Living In Sin

Entry by: Alobear

8th June 2016
Living in Sin

“But why can’t I go to the party?” Melissa pouted.

Ezra sighed heavily. “You know why.”

She tossed her hair and flounced off. Ezra winced in anticipation of the inevitable slamming of her bedroom door, which of course followed soon after. He sighed again, resisting the urge to put his head in his hands. He knew teenage girls were notoriously difficult to deal with, but he hadn’t anticipated just how hard it would be, with Melcha gone. He thought perhaps he ought to take Melissa out of school again, but she needed an education, and he didn’t have the time to provide it for her himself.

Ezra thought back to when Melcha had first started home-schooling Melissa. Things had been so much simpler then, the three of them making an iron-strong family unit, with no need for outside influence. But Melcha had made him promise he wouldn’t neglect Melissa’s education, so he had been forced to enrol her in the local school, against his better judgement. And, as he had expected, the consequences had been dire.

At first, horribly intimidated by the other children, and almost completely lacking in common ground, Melissa had been terrified of going to school. Ezra’s heart had ached when she came home in tears, sobbing that the others made fun of her clothes and her ignorance of their ways. Now, he would give anything to go back to that time; when she was so different from them, when she sought out the familiarity of home for comfort, when she was still his.

The change had been gradual; he saw that now, so gradual that he hadn’t noticed it until it was too late. It had started with little things. Melissa stopped wearing her hair in plaits, came home sometimes with her skirt rolled over at the top to make it shorter, spoke of others in her class as acquaintances, and then friends.

The first fight came when Ezra was collecting Melissa’s dirty clothes for the laundry and found a tiny electronic device in the pocket of her work trousers. He was sitting at the kitchen table with it in his hands when she arrived home.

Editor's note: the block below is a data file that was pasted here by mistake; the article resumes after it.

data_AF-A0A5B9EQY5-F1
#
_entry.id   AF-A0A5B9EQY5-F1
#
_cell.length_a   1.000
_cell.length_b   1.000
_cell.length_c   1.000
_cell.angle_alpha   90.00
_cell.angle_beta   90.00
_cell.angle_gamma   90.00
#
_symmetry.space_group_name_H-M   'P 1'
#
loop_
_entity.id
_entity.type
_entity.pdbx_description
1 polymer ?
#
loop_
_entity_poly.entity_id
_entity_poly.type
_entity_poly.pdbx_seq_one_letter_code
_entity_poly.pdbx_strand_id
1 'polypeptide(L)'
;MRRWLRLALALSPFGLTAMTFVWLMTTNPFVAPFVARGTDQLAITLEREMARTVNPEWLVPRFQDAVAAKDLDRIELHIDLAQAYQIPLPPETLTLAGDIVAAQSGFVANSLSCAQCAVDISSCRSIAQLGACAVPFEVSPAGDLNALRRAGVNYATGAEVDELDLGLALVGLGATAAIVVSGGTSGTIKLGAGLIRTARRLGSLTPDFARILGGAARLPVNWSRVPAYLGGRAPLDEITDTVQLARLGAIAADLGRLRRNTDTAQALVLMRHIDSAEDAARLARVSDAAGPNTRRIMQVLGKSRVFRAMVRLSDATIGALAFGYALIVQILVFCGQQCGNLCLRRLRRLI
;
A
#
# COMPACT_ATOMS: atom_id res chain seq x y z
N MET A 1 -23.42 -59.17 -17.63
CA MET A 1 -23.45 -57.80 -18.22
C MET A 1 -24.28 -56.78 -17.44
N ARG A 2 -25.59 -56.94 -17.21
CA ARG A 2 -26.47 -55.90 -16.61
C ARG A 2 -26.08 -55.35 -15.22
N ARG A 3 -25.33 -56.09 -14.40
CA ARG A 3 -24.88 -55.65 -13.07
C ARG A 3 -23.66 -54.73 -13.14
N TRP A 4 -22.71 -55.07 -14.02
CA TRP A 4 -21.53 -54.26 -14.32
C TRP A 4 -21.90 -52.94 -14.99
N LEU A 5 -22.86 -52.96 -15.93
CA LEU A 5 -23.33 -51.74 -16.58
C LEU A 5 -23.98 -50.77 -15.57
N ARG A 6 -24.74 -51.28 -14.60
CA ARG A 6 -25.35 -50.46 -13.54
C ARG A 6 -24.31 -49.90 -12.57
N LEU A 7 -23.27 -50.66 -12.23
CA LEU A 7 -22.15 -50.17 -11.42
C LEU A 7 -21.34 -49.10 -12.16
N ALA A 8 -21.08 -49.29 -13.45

She stopped dead at the sight of him, her eyes flicking to the device in his hands, and then back up to his face. She pasted a bright smile on her face and strode forward, reaching for the object.

“Oh, you found it! I’m so glad - I thought I’d lost it.”

Ezra pulled the small thing towards him, away from her grasping hand.

“What is it?” he ground out, disturbed by her apparent lack of concern.

“It’s an MP3 player,” she said, as if this was the most obvious thing in the world. “It plays music.”

“And where did you get it?” Ezra felt suddenly as if he was underwater. Everything felt distant and muffled and it was difficult to catch his breath.

“Sally let me borrow it,” Melissa told him, still maintaining a studiously casual attitude. “That’s why I’m so glad you found it. I need to give it back to her before too long.”

“This music - what kind is it?”

She paused, as if considering what to say next. Then, her composure cracked and he was shocked at the venom in her voice when she spoke.

“Yes, it’s evil pop music. I’ve been listening to the devil’s music, and I intend to continue to do so!”

Ezra gasped. Melissa had never spoken to him in such a way before. He had thought she understood the dangers of the outside world, how easily evil influences could take hold. He had had no idea the rot was already deep within her mind, affecting her so much that she could openly defy him.

“You will not,” he said.

He stood abruptly, crossed to the stove and tossed the offending object inside.

Melissa shrieked and threw herself at him, trying to push him aside in a vain attempt to rescue the device before it was destroyed.

“That wasn’t mine!” she cried. “What am I supposed to tell Sally?”

“Tell her she should not be listening to such filth, and certainly should not be sharing it with you.” Ezra turned away from his daughter and left the room.

Things had only grown worse since then. Melissa had started staying out beyond the end of school, and refusing to tell him where she had been. She had taken a pair of scissors to her skirts and blouses, and turned them into the kind of clothes he associated with prostitutes. She had come home one day with make-up on her face, and had not even cried when he held her down over the sink and scrubbed it off.

And now there was a party that she wanted to attend. There would be boys there, and likely smoking, and maybe even alcohol or drugs. How could she possibly think he would allow it? Ezra was losing her, and there was nothing he could do about it. Surely, Melcha had known this would happen; perhaps she had counted on it. Everything was spinning out of control and Ezra didn’t know what to do. He couldn’t give in; the lifestyle he had chosen and tried to instil in his daughter was too important to him. It was not possible for him to find a way to compromise. And so, they grew further and further apart, their interactions now rarely anything other than mono-syllabic exchanges or screaming rows. Ezra did not know where it would end. He went to bed in despair.

The next morning, Melissa didn’t come down to breakfast. Ezra assumed she was still sulking about the party, and went about his own morning routine, unconcerned. When the school bus appeared at the top of the long, winding driveway, and she still had not come down, he grew angry.

He went to the bottom of the stairs and shouted up, “Melissa! The bus is here! If you miss it, you’ll have to walk to school.”

There was no answer.

Frustrated, Ezra stomped up the stairs and threw open the door to her room. The bed was rumpled - and empty. The wardrobe doors hung open, revealing that most of the clothes were missing. The photograph of Melcha that usually lived on the night-stand was conspicuous by its absence.

Melissa was gone.